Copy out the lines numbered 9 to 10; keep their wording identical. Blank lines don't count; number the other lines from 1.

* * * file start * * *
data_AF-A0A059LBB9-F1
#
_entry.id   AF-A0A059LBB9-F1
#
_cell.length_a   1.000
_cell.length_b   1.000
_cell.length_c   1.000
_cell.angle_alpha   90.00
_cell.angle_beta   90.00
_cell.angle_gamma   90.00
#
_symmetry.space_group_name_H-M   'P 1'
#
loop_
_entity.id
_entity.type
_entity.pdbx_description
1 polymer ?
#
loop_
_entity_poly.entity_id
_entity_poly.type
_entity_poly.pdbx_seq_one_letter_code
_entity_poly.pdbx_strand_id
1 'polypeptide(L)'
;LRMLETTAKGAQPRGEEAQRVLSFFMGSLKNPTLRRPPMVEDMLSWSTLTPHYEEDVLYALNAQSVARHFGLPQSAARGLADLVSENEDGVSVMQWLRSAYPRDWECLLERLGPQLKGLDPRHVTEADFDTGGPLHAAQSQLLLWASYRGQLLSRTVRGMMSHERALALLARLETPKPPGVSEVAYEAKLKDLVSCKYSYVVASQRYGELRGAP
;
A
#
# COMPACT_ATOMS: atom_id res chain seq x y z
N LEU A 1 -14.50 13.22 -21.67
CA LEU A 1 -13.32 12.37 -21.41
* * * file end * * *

_cell.angle_beta   90.00
_cell.angle_gamma   90.00